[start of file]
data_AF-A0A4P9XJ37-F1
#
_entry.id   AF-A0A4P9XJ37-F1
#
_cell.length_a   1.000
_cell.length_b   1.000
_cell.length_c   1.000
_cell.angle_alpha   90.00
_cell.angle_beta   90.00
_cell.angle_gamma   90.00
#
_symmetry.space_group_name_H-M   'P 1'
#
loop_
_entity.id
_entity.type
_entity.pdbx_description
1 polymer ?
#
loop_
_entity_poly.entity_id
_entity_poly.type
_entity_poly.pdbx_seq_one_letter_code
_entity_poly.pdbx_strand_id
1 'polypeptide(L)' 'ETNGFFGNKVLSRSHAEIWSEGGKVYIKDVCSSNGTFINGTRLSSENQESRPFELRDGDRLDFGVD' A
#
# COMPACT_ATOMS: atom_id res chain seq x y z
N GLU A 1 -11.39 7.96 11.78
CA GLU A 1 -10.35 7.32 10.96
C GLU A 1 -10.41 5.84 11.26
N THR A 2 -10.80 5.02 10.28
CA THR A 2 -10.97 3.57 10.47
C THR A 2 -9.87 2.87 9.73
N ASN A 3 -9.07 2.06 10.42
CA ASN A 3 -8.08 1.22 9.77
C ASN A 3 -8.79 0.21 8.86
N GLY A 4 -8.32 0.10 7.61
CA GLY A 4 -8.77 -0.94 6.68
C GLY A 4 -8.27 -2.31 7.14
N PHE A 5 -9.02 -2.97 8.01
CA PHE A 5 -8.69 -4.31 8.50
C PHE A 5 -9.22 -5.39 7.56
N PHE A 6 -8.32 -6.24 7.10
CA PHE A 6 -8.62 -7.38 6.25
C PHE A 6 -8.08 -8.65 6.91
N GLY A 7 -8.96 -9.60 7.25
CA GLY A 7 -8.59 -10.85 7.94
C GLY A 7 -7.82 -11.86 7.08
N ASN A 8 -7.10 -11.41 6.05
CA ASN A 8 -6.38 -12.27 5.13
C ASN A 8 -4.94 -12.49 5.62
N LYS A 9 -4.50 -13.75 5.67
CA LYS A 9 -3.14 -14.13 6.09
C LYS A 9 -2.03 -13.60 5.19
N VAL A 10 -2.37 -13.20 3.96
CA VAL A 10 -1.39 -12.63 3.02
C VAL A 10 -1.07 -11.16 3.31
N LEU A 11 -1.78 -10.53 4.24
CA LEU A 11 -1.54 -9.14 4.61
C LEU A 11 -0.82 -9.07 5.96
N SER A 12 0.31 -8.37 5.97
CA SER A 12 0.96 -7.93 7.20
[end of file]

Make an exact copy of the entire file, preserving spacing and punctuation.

data_AF-A0A4P9XJ37-F1
#
_entry.id   AF-A0A4P9XJ37-F1
#
_cell.length_a   1.000
_cell.length_b   1.000
_cell.length_c   1.000
_cell.angle_alpha   90.00
_cell.angle_beta   90.00
_cell.angle_gamma   90.00
#
_symmetry.space_group_name_H-M   'P 1'
#
loop_
_entity.id
_entity.type
_entity.pdbx_description
1 polymer ?
#
loop_
_entity_poly.entity_id
_entity_poly.type
_entity_poly.pdbx_seq_one_letter_code
_entity_poly.pdbx_strand_id
1 'polypeptide(L)' 'ETNGFFGNKVLSRSHAEIWSEGGKVYIKDVCSSNGTFINGTRLSSENQESRPFELRDGDRLDFGVD' A
#
# COMPACT_ATOMS: atom_id res chain seq x y z
N GLU A 1 -11.39 7.96 11.78
CA GLU A 1 -10.35 7.32 10.96
C GLU A 1 -10.41 5.84 11.26
N THR A 2 -10.80 5.02 10.28
CA THR A 2 -10.97 3.57 10.47
C THR A 2 -9.87 2.87 9.73
N ASN A 3 -9.07 2.06 10.42
CA ASN A 3 -8.08 1.22 9.77
C ASN A 3 -8.79 0.21 8.86
N GLY A 4 -8.32 0.10 7.61
CA GLY A 4 -8.77 -0.94 6.68
C GLY A 4 -8.27 -2.31 7.14
N PHE A 5 -9.02 -2.97 8.01
CA PHE A 5 -8.69 -4.31 8.50
C PHE A 5 -9.22 -5.39 7.56
N PHE A 6 -8.32 -6.24 7.10
CA PHE A 6 -8.62 -7.38 6.25
C PHE A 6 -8.08 -8.65 6.91
N GLY A 7 -8.96 -9.60 7.25
CA GLY A 7 -8.59 -10.85 7.94
C GLY A 7 -7.82 -11.86 7.08
N ASN A 8 -7.10 -11.41 6.05
CA ASN A 8 -6.38 -12.27 5.13
C ASN A 8 -4.94 -12.49 5.62
N LYS A 9 -4.50 -13.75 5.67
CA LYS A 9 -3.14 -14.13 6.09
C LYS A 9 -2.03 -13.60 5.19
N VAL A 10 -2.37 -13.20 3.96
CA VAL A 10 -1.39 -12.63 3.02
C VAL A 10 -1.07 -11.16 3.31
N LEU A 11 -1.78 -10.53 4.24
CA LEU A 11 -1.54 -9.14 4.61
C LEU A 11 -0.82 -9.07 5.96
N SER A 12 0.31 -8.37 5.97
CA SER A 12 0.96 -7.93 7.20